Let’s go ! After a day’s delay, the 204th Royal St. John’s Regatta gets the go-ahead

Racing for the 2022 Royal St. John’s Regatta began shortly before 8:30 a.m. Thursday. (Patrick Butler/Radio Canada)

The 204th Royal St. John’s Regatta went ahead on Thursday, following an announcement at 5:30 a.m. by Regatta Committee Vice-Chair and Course Captain Ashley Peach.

After a short deliberation, Peach said the regatta committee voted to go ahead with the event, triggering the St. John’s vacation depending on weather conditions. The regatta committee postponed the event on Wednesday as winds were expected to reach 20km/h with gusts of 40km/h. The event only takes place if the committee determines that the weather conditions are suitable for rowing on Quidi Vidi Lake.

Environment Canada is forecasting bouts of drizzle Thursday morning and a mix of sun and cloud later in the day, with winds of 20 km/h. Temperatures are expected to reach 27°C, with a Humidex of 30.

In an interview with CBC Radio The St. John’s Morning ShowPeach said she hopes lower wind speeds and gusty conditions will create better rowing conditions than Wednesday.

“This morning’s decision was much easier,” she said.

A person wearing a ribbon and lanyard stands in front of a podium outdoors.  Behind the person the words
Shortly after 5:30 a.m. Thursday, Regatta Committee Vice-Chairman and Course Captain Ashley Peach announced the event would continue. (Peter Cowan/CBC)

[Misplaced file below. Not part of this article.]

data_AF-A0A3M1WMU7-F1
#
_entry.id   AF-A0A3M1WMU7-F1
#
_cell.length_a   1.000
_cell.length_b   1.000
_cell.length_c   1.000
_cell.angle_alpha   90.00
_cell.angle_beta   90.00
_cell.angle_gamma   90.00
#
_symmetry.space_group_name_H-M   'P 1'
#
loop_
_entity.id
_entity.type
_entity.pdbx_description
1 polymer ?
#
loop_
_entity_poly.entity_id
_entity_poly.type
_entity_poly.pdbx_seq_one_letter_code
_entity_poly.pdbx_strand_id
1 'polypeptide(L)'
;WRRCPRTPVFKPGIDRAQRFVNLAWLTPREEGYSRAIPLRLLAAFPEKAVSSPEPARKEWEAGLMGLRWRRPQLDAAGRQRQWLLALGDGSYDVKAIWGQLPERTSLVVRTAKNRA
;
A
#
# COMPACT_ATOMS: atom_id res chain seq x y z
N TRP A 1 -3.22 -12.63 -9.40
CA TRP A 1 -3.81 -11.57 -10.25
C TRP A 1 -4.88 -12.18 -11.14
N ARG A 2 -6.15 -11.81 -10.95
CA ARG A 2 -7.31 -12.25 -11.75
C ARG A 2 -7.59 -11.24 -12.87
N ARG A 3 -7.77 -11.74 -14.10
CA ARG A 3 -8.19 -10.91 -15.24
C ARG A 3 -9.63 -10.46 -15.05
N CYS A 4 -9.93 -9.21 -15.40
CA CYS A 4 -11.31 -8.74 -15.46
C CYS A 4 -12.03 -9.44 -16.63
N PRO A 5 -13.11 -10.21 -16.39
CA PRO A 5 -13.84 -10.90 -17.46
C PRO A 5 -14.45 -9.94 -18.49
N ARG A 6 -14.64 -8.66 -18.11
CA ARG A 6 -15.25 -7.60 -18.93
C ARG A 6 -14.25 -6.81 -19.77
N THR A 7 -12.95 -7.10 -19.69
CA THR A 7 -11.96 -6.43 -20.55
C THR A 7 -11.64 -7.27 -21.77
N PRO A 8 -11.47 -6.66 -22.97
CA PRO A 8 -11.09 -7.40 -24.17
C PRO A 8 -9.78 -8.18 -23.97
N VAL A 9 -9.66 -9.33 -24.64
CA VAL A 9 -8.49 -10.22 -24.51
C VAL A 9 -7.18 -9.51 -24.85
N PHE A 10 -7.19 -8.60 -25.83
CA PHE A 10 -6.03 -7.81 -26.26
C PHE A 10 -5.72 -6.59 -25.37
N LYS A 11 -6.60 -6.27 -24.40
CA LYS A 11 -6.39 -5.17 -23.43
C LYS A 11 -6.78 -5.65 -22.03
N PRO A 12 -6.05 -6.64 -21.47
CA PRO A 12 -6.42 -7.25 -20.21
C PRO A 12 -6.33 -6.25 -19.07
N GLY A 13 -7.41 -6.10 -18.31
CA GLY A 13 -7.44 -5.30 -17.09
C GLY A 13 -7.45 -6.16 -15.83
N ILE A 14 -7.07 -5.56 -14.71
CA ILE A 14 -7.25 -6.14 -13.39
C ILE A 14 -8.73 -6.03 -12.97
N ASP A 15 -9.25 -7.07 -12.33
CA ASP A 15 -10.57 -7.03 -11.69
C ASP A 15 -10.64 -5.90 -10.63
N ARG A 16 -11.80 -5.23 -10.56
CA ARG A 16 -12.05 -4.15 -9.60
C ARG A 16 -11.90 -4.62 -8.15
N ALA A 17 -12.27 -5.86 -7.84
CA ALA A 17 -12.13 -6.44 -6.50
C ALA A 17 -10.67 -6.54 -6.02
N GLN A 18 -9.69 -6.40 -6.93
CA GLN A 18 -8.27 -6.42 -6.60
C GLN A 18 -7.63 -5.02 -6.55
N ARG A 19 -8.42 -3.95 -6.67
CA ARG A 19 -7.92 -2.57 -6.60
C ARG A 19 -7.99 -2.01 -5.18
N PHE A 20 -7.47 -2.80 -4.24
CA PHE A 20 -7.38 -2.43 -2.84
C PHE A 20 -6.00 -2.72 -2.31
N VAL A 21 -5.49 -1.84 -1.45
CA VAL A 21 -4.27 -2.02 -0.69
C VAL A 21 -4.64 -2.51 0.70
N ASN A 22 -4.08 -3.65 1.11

Peach said rowers are prepared for the higher temperatures, but spectators should remember to bring water and seek shade during the hot part of the day. She suggested attending the event earlier in the morning when the weather is cooler.

St. John Ambulance will be located around the lake to assist in an emergency.

A historic regatta

This year, the event will feature 71 teams and 20 races. The 2022 regatta will also mark the first time that women will row the 2.45 kilometer course.

The first race started around 8:20 a.m. with two senior women’s races, followed by two senior men’s races.

Since 1816, the long course was reserved for men, but this year that changes, with four women’s teams competing in the long course.

“Certainly it will be a big historic event here at Quidi Vidi Lake today,” Peach said. “There will be a lot of encouragement for them.”

Men can now also row short course, although no teams entered this year. Peach said she hopes more men’s teams will sign up next year.

Olivia Neary and Elsa Loveys, both 10, are part of the J&E Enterprises Limited squirt team, a team of 9 and 10 year old girls.

Olivia said her father, former regatta chairman Chris Neary, inspired her love of rowing.

“He’s a great coxswain,” she said.

Two girls wearing yellow t-shirts with the J&E Enterprises logo stand outside smiling with their arms around each other.  In the background, people pass.
Elsa Loveys, left, and Olivia Neary are two of the youngest participants in the 204th Royal St. John’s Regatta. (Peter Cowan/CBC)

Elsa and Olivia said their goal for the regatta was to do their best and have fun.

Chris Neary said the team could have future champions.

“They’re having fun,” he said.

Viewers, returning sellers

The regatta is once again welcoming dozens of vendors and thousands of spectators for the first time since 2019. Organizers say crowds around the lake have numbered between 30,000 and 50,000 spectators in previous years.

A close up of a person wearing a white polo t-shirt in the middle of a sentence.
Anchormen Barbershop Chorus chairman Steve Martin said the regatta is the group’s main fundraiser each year. (Patrick Butler/Radio Canada)

The Anchormen Barbershop Chorus is one of the fundraising groups at the event. Chairman Steve Martin said the regatta is the group’s main annual fundraiser.

“We put a lot of energy into it, but we really enjoy it. It’s very rewarding,” he said.

In addition to prizes like stuffed toys, band members will also be accepting song requests, Martin said.

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